The Lebanese priest smiled. “I need help. I need someone who can read Hebrew and a Greek-speaker if at all possible to assist with the Christmas Eve service. Just to read two passages of scripture – they can come and leave if they need or want to. And if any of you know of a good high-treble singer in your sections, let me know so I can try to persuade them to sing with the choir that night. Male or female will work. First Sergeant Lee will be gone on leave,” he explained. Rachel smothered a bit of a grin. Poor Tony – he caught hell for singing countertenor. That he remained single and never cursed fueled less amusing rumors and now she smothered a sigh.

Everyone agreed to ask and an unusually cheerful McKendrick adjourned the meeting. “Ah, Commander, a moment please,” and he let the others leave, then nodded for Father Mikael to shut the door. “Is something wrong, Rachel?”

She shook her head. “No sir.”

The two men exchanged a glance. McKendrick didn’t press but just said, “I’m sorry you won’t be singing with us this year. And I’m sorry that Vienna has denied my request to award you either the Silver Cross or the Honor Medal.” Those were two of the G.D.F.’s highest awards, one military and the other for civilians working with the Defense Force.

Rachel smiled a little. “Thank you for nominating me, sir.” She had nothing else to say so McKendrick dismissed his advisor. She walked out, her cane giving the familiar “step tap step” cadence as the woman returned to the laboratory.

The general and the priest waited until her steps had faded away. “PTSD again?” Father Mikael asked.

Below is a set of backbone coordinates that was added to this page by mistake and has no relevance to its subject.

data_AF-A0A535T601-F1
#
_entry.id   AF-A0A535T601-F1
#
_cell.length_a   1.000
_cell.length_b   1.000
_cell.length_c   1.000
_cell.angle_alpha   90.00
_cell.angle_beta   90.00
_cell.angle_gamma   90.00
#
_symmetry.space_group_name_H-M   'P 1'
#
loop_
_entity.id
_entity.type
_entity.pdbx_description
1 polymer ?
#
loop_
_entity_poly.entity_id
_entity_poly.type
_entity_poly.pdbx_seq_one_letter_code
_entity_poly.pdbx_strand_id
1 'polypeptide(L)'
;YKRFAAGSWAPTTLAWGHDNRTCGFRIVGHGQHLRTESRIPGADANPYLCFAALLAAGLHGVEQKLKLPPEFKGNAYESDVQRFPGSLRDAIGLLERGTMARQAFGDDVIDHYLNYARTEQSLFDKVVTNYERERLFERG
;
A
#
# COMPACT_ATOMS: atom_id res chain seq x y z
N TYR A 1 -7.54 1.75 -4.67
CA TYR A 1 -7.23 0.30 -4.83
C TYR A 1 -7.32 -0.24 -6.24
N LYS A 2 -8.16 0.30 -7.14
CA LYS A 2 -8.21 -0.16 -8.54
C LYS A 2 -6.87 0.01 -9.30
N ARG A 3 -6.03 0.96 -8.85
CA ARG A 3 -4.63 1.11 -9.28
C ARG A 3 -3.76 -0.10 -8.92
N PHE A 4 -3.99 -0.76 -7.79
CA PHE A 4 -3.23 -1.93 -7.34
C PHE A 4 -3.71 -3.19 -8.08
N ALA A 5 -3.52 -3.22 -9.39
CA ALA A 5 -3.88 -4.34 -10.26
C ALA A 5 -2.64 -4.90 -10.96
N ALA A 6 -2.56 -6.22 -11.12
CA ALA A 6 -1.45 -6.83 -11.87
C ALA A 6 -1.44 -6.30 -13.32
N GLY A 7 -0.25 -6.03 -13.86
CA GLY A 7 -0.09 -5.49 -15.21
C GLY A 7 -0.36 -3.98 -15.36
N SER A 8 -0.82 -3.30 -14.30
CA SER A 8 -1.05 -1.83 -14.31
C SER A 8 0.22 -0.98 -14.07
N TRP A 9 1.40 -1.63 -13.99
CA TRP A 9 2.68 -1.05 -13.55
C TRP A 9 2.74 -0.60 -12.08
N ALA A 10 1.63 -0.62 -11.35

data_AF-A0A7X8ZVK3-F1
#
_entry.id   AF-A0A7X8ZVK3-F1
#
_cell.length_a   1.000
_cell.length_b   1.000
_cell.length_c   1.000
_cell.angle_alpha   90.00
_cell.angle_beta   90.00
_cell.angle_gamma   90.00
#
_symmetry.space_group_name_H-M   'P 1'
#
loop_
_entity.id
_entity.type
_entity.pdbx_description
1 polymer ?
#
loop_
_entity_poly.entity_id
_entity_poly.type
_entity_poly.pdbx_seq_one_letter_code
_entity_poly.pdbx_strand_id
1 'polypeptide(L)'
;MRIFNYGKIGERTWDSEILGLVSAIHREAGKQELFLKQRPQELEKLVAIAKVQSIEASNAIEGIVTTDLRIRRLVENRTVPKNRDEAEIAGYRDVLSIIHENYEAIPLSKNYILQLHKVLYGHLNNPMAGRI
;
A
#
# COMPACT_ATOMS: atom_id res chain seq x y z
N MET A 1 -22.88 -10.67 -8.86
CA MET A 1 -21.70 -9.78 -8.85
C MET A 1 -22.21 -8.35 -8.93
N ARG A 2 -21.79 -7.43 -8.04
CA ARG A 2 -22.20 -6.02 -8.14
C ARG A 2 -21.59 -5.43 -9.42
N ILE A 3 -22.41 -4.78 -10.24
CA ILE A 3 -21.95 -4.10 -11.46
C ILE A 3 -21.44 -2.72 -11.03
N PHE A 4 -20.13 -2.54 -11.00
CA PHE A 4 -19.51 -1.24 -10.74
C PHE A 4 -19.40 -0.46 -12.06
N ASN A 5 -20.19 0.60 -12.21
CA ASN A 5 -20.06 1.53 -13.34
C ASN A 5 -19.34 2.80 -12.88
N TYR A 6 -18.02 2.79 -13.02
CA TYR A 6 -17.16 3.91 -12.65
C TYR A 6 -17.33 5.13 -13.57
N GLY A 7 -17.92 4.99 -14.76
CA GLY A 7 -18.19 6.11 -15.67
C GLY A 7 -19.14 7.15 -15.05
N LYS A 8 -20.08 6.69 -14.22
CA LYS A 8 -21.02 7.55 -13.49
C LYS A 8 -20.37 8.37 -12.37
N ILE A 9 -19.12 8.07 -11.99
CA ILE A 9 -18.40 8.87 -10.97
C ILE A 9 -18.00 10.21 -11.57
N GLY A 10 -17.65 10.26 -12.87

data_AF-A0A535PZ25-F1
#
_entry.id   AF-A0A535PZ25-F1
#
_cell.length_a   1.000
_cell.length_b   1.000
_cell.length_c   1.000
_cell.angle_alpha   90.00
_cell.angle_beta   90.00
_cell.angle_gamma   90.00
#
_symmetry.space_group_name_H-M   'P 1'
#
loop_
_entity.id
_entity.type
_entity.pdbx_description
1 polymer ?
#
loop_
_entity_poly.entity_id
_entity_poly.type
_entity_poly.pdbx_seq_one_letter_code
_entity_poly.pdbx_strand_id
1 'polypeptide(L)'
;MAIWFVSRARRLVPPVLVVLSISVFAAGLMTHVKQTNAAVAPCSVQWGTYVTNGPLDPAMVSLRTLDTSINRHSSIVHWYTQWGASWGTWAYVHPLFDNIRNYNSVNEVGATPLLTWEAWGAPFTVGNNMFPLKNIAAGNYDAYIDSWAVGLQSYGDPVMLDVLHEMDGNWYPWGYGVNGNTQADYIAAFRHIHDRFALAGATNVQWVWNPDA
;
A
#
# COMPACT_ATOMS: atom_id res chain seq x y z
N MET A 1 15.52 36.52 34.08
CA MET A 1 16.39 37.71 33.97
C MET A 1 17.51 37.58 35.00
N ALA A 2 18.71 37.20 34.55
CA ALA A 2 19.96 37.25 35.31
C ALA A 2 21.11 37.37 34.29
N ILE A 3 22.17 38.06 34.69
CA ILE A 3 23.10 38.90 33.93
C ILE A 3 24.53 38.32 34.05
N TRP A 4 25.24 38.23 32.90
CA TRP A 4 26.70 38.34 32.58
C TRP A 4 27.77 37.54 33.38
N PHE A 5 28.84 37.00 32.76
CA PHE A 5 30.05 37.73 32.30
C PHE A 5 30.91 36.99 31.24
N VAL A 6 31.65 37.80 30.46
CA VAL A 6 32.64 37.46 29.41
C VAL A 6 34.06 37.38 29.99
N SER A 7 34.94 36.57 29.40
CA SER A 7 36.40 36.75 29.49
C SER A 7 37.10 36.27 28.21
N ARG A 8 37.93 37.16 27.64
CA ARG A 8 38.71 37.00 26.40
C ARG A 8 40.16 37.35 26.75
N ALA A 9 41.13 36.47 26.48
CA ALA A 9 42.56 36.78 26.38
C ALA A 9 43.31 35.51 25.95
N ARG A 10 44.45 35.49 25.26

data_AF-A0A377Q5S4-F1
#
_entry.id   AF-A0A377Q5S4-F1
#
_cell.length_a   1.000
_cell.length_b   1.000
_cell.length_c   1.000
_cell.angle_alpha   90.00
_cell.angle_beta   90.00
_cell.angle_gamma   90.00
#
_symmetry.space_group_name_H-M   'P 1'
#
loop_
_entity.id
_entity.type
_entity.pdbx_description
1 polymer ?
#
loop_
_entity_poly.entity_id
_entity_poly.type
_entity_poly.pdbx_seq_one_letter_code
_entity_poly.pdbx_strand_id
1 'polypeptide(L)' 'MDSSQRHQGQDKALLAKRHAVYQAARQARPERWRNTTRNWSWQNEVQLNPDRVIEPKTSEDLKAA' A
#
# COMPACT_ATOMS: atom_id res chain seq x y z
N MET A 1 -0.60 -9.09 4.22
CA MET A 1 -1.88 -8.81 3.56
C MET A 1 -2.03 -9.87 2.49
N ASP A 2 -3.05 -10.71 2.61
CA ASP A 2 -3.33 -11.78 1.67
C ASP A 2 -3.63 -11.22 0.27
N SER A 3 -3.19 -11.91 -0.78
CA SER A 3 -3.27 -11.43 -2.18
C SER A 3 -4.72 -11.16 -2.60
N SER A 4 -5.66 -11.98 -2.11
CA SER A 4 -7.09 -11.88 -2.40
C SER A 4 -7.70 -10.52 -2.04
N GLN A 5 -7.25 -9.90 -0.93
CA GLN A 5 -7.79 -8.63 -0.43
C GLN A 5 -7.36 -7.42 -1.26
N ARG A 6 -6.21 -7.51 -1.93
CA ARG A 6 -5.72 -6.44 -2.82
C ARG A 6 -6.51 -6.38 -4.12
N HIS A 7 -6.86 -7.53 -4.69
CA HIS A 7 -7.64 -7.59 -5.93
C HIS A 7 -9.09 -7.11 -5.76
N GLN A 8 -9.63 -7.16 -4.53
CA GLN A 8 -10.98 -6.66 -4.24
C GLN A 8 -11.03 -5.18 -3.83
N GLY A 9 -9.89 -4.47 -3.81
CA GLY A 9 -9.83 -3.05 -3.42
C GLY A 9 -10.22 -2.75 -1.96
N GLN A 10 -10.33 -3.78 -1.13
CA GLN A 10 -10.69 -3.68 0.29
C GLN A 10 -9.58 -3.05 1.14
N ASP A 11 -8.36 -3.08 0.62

“I don’t know. I just hope that General von Hohen-Drachenburg’s visit will improve things.” He took off his glasses and rubbed the bridge of his nose. “I’m told that they are very old acquaintances.” He replaced his spectacles. “I never thought I’d say this, Father, but I miss her bad jokes and wise-ass remarks.”

“As do I, General. I also miss her singing,” the priest sighed a little, worried about his unusual parishioner but not certain what to do for her. Continue reading

On an e-reader, everyone’s reading Dostoyevsky

. . . or Piketty, or Dickens, or McCullough, or whatever the great work of the week is.

The famous and very true cartoon, originally from teh New Yorker by Peter Steiner. https://upload.wikimedia.org/wikipedia/en/f/f8/Internet_dog.jpg

The famous and very true cartoon, originally from the New Yorker by Peter Steiner. https://upload.wikimedia.org/wikipedia/en/f/f8/Internet_dog.jpg

Anyone else remember book covers from school or later? They were leather, or padded cloth, with handles. Or they were paper and you cut, taped, and folded them around your book to protect it. And you propped said book up on your desk while “taking notes” i.e. reading something else during class. Enter the e-reader. Continue reading